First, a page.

AUTO REVIEW—When Barry Newman took delivery of that ‘Seventies Dodge Challenger in the movie “Vanishing Point,” it forever cemented the car as an American icon. Forty-five years later, the 2015 Dodge Challenger remains truest to the original pony cars of the muscle car era (four-wheel independent suspension, dual overhead cams and variable valve timing, notwithstanding). Harvey Schwartz reports on the new Challenger.
BOOK REVIEW—Tom Cotter’s SIXTH book of barn-finds is just as vexing as the five that preceded it. “50 Shades of Rust” is another Cotter volume that regales with 94 short stories of the unearthing of some of the most interesting, delectable, desirable vehicles in some of the most unlikely of places. And that entertains and pisses me off at the same time. Why does this guy find the damn Lang Cooper? I know that Bill Warner actually found it in a junkyard, but Cotter gets to write about it and rub it in my face. Oops, I’m taking this a bit too personal, I guess. Deep breath.
BOOK REVIEW—I only met James Garner one time. Like millions of others who never even had that brief opportunity, I’ve always somehow felt that I knew this handsome, soft-spoken movie star. The fact that we all knew how much he really enjoyed automobiles in general and racing in particular along with the persona that he often portrayed on film, all added up to what seemed almost like a personal friendship with the guy. This is a guy who loved cars and the people who are part and parcel of a very well-lived motoring life.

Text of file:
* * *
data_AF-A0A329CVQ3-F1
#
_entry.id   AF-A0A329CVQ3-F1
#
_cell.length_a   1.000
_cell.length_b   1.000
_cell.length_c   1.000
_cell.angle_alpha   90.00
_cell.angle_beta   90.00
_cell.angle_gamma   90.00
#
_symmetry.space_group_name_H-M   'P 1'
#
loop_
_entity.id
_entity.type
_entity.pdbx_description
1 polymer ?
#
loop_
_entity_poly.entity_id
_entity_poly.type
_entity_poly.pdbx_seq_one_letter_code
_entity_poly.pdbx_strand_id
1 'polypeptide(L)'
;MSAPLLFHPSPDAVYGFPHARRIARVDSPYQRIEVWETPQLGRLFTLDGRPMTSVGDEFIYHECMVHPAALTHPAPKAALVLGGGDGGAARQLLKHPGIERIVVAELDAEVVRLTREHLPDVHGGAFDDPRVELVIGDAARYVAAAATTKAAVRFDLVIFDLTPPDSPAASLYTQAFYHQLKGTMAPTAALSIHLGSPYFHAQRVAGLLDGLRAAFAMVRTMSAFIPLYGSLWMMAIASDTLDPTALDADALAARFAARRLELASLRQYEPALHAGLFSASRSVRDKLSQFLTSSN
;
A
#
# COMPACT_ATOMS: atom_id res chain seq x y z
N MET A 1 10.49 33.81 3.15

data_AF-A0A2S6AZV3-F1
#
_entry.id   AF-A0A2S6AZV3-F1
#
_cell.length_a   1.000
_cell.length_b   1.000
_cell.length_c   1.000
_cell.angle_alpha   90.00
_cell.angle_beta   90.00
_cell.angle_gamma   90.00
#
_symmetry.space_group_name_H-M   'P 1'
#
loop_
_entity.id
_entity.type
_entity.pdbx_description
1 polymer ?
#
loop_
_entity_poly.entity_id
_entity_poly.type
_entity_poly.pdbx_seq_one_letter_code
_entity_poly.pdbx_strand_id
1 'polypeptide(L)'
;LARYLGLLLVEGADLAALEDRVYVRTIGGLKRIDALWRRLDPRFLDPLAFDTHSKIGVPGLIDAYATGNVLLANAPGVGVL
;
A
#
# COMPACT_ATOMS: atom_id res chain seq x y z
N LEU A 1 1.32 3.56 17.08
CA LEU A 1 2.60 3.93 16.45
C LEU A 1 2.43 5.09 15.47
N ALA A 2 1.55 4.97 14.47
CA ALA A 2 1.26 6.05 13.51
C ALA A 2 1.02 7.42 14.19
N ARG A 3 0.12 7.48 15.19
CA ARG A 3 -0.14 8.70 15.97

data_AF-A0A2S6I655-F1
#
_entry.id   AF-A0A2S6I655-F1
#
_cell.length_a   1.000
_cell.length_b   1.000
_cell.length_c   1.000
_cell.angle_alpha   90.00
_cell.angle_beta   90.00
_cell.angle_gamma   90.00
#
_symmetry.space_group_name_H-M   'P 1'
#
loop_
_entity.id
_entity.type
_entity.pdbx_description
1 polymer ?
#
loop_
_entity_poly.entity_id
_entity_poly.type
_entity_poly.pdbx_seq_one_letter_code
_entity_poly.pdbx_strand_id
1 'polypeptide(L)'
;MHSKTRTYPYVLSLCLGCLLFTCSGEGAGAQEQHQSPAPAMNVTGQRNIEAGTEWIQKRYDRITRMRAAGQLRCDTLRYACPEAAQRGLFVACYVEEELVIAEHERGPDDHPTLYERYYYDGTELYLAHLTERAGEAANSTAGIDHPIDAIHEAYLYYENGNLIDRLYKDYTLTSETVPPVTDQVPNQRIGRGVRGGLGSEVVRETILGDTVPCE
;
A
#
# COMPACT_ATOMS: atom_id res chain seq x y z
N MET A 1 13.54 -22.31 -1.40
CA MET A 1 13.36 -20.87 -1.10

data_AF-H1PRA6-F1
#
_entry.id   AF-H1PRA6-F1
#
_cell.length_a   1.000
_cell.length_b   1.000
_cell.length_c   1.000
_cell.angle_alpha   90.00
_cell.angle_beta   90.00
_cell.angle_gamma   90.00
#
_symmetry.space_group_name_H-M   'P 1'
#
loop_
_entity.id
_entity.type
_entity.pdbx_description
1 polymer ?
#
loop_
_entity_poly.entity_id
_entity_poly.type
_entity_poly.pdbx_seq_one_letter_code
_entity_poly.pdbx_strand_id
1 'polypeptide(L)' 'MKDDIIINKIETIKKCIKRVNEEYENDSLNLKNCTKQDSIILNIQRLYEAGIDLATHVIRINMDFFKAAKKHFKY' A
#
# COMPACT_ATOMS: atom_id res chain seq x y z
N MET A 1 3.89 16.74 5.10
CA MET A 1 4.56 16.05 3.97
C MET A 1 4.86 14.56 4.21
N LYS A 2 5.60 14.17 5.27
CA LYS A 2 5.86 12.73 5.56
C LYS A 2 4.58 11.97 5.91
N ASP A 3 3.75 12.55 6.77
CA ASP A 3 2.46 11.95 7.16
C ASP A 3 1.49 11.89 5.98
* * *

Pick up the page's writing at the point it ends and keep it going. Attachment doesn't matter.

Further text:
GALLERY— It’s the largest collection of European cars in North America, housed in a 132,000 square foot facility that once housed the Sunbeam Bakery—one of the largest bakeries in the area. It’s the Lane Motor Museum in Nashville, Tennessee. In addition to its vast collection, the Lane has an enormous amount of character. Established in 2002 by Jeff Lane, the museum sports an unforgettable collection of Czechoslovakian Tatras, and other examples of the strange and beautiful.
AUTO REVIEW—Ever since Volkswagen’s original high performance hatchback emerged in 1976, the car maker has been honing the GTI to pocket rocket perfection. For 2015, Volkswagen introduces the seventh generation GTI, raising the bar once again. But it’s not just the performance that impresses, the craftsmanship in the new GTI easily surpasses anything else in its class. Editor-at-Large Zoran Segina reports.